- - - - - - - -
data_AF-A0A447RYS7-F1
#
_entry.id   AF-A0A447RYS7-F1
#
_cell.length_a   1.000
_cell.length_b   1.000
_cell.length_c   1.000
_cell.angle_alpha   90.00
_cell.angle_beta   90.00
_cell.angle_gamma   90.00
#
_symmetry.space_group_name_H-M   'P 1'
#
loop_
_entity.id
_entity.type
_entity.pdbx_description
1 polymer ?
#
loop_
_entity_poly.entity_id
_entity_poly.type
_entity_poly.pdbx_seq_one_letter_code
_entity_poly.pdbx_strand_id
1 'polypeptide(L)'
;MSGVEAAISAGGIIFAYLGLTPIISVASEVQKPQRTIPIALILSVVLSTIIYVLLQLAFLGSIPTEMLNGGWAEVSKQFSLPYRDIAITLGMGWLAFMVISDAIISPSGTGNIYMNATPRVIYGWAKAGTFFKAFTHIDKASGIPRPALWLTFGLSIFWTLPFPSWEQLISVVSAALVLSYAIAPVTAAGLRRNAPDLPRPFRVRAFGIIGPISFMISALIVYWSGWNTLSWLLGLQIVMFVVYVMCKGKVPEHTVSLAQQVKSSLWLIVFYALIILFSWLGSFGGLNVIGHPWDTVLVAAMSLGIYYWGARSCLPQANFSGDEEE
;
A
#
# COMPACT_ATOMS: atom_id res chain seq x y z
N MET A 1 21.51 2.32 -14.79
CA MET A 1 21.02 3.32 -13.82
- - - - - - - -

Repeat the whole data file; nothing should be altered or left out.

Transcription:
data_AF-A0A447RYS7-F1
#
_entry.id   AF-A0A447RYS7-F1
#
_cell.length_a   1.000
_cell.length_b   1.000
_cell.length_c   1.000
_cell.angle_alpha   90.00
_cell.angle_beta   90.00
_cell.angle_gamma   90.00
#
_symmetry.space_group_name_H-M   'P 1'
#
loop_
_entity.id
_entity.type
_entity.pdbx_description
1 polymer ?
#
loop_
_entity_poly.entity_id
_entity_poly.type
_entity_poly.pdbx_seq_one_letter_code
_entity_poly.pdbx_strand_id
1 'polypeptide(L)'
;MSGVEAAISAGGIIFAYLGLTPIISVASEVQKPQRTIPIALILSVVLSTIIYVLLQLAFLGSIPTEMLNGGWAEVSKQFSLPYRDIAITLGMGWLAFMVISDAIISPSGTGNIYMNATPRVIYGWAKAGTFFKAFTHIDKASGIPRPALWLTFGLSIFWTLPFPSWEQLISVVSAALVLSYAIAPVTAAGLRRNAPDLPRPFRVRAFGIIGPISFMISALIVYWSGWNTLSWLLGLQIVMFVVYVMCKGKVPEHTVSLAQQVKSSLWLIVFYALIILFSWLGSFGGLNVIGHPWDTVLVAAMSLGIYYWGARSCLPQANFSGDEEE
;
A
#
# COMPACT_ATOMS: atom_id res chain seq x y z
N MET A 1 21.51 2.32 -14.79
CA MET A 1 21.02 3.32 -13.82